Setting this at 0 means alignment by default. Setting this higher and higher means we need various kinds of Prosaic alignment strategies which are better at keeping systems corrigible and detecting bad behaviour. And setting it at 'infinity' means we need to find the True Names/foundational insights.
My rough model is that there's an unknown quantity about reality which is roughly "how strong does the oversight process have to be before the trained model does what the oversight process intended for it to do". p(doom) mainly depends on whether the actors training the powerful systems have sufficiently powerful oversight processes.
Maybe one way of getting at this is to look at ELK - if you think the simplest dumbest ELK proposals probably work, that's Alignment by Default. The harder you think prosaic alignment is, the more complex an ELK solution you expect to need. And if you think we need agent foundations, you think we need a worst-case ELK solution.
Much of the outreach efforts are towards governments, and some to AI labs, not to the general public.
I think that because of the way crisis governance often works, if you're the designated expert in a position to provide options to a government when something's clearly going wrong, you can get buy in for very drastic actions (see e.g. COVID lockdowns). So the plan is partly to become the designated experts.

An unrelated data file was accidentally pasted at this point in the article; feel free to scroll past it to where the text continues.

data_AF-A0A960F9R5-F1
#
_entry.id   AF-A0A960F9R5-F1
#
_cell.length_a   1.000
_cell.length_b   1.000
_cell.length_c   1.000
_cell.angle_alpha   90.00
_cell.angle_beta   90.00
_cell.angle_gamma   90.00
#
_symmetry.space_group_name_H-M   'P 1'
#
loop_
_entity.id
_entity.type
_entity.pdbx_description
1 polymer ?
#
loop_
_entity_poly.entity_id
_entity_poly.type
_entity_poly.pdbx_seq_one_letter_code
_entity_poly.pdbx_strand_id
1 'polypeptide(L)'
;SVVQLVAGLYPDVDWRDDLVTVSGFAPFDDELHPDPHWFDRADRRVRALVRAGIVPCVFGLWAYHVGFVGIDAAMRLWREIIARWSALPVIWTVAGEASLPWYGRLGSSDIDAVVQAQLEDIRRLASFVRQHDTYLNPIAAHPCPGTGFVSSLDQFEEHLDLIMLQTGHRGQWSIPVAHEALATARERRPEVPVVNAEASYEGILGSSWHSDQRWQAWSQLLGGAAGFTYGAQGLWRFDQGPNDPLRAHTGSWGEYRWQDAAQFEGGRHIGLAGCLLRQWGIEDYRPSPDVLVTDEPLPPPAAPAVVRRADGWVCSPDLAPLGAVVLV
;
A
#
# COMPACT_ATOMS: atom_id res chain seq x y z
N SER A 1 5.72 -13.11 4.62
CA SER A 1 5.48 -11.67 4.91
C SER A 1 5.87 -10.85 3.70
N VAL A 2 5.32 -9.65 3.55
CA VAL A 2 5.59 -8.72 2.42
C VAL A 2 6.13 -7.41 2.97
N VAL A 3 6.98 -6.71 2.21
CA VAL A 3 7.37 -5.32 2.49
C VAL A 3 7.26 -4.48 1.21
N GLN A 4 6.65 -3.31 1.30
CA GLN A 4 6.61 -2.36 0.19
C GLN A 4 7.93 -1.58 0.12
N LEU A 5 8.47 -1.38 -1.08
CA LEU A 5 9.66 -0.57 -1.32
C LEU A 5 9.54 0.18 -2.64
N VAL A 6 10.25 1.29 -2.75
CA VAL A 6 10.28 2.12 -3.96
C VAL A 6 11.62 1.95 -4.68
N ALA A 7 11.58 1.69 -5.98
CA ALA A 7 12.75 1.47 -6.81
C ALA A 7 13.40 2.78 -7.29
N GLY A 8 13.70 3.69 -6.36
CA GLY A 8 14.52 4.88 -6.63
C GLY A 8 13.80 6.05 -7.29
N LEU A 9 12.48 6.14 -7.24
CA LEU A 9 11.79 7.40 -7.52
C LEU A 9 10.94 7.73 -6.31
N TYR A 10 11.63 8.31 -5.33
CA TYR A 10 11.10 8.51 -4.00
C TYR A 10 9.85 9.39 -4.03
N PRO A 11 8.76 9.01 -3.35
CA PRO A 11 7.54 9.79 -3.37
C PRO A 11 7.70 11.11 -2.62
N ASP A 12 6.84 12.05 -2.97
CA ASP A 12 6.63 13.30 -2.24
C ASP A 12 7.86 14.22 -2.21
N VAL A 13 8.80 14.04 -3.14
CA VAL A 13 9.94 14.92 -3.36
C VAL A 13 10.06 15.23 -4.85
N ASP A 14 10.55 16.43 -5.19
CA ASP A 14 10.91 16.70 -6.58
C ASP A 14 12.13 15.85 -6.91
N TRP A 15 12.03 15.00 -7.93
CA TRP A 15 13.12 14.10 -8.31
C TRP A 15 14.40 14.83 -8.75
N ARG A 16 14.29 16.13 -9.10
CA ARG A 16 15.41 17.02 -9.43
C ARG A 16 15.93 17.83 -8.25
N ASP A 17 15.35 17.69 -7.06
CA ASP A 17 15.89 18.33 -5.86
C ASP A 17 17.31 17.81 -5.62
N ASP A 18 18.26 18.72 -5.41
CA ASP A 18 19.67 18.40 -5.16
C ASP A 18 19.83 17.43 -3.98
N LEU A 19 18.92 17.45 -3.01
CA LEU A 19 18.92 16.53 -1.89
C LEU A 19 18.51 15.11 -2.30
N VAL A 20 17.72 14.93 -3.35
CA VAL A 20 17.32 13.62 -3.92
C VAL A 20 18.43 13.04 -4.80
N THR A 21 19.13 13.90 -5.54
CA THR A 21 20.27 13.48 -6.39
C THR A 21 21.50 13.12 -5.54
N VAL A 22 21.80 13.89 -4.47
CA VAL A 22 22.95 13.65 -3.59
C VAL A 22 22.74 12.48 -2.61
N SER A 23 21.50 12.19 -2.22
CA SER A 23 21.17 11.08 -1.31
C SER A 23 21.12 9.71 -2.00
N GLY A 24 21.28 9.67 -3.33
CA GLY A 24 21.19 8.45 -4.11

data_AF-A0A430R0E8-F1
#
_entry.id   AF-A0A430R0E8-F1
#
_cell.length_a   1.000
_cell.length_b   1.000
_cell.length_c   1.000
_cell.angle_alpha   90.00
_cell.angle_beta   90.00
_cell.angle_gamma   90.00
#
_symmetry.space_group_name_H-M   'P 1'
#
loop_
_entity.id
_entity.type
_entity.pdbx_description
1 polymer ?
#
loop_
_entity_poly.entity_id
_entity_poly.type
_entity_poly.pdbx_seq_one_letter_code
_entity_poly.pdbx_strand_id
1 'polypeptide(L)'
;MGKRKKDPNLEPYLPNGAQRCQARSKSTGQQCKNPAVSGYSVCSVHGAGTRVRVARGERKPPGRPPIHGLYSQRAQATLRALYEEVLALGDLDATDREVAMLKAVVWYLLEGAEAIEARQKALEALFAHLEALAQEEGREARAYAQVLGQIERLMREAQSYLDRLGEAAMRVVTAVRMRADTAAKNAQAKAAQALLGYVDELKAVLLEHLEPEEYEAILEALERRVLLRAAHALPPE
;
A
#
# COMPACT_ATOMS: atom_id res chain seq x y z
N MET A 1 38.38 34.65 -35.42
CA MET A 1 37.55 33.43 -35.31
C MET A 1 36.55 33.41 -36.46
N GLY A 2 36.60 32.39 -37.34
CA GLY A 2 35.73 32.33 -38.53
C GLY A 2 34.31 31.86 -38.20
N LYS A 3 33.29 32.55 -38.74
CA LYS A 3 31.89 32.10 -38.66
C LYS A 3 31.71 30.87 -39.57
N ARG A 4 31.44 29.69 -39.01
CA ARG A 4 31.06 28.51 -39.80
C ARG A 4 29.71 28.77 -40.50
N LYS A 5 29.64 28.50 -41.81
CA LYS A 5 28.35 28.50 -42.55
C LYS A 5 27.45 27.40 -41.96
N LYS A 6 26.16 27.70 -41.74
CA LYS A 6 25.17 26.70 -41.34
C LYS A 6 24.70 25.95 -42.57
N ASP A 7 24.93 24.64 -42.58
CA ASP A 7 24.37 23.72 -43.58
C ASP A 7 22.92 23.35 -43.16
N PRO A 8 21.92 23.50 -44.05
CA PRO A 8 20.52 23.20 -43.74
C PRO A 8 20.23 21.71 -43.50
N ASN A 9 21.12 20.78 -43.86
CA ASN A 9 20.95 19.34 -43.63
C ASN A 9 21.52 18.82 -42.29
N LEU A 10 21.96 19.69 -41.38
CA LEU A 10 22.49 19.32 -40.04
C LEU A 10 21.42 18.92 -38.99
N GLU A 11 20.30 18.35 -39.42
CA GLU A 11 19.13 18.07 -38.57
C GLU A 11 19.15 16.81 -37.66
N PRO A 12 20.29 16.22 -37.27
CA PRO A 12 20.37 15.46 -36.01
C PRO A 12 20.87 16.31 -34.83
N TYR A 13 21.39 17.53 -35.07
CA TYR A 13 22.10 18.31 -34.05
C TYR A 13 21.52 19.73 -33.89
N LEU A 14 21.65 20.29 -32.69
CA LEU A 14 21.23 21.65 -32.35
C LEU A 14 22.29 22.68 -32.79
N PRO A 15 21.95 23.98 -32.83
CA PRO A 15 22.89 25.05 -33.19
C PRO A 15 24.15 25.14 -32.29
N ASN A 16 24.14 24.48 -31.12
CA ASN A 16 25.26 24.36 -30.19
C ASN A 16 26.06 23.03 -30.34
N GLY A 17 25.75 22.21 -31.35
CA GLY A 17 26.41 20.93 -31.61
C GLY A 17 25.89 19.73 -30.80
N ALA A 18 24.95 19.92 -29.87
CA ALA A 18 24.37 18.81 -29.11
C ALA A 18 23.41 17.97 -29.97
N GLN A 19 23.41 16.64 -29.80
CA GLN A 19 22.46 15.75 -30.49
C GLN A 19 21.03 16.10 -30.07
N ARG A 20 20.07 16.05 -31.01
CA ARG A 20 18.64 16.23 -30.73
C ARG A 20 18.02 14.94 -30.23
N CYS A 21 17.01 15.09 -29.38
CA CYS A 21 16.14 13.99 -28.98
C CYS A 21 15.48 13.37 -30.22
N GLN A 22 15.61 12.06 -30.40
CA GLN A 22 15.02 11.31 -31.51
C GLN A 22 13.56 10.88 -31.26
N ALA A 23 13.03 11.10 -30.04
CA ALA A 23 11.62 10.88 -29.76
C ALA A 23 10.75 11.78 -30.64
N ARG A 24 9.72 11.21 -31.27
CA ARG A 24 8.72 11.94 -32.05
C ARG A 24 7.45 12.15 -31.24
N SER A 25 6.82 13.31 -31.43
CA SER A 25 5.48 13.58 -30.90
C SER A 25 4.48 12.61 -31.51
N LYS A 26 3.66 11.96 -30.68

I can imagine (not sure if this is true) that even though an 'all of the above' strategy like you suggest seems like on paper it would be the most likely to produce success, you'd get less buy in from government decision-makers and be less trusted by them in a real emergency if you'd previously being causing trouble with grassroots advocacy. So maybe that's why it's not been explored much.
This post by David Manheim does a good job of explaining how to think about governance interventions, depending on different possibilities for how hard alignment turns out to be: https://www.lesswrong.com/posts/xxMYFKLqiBJZRNoPj/
Like I said in my first comment, the in practice difficulty of alignment is obviously connected to timeline and takeoff speed.
But you're right that you're talking about the intrinsic difficulty of alignment Vs takeoff speed in this post, not the in practice difficulty.
But those are also still correlated, for the reasons I gave - mainly that a discontinuity is an essential step in Eleizer style pessimism and fast takeoff views. I'm not sure how close this correlation is.
Do these views come apart in other possible worlds? I.e. could you believe in a discontinuity to a core of general intelligence but still think prosaic alignment can work?
I think that potentially you can - if you think that still enough capabilities in pre-HLMI AI (pre discontinuity) to help you do alignment research before dangerous HLMI shows up. But prosaic alignment seems to require more assumptions to be feasible assuming a discontinuity, like that the discontinuity doesn't occur before all the important capabilities you need to do good alignment research.
Essentially, the problem is that 'evidence that shifts Bio Anchors weightings' is quite different, more restricted, and much harder to define than the straightforward 'evidence of impressive capabilities'. However, the reason that I think it's worth checking if new results are updates is that some impressive capabilities might be ones that shift bio anchors weightings. But impressiveness by itself tells you very little.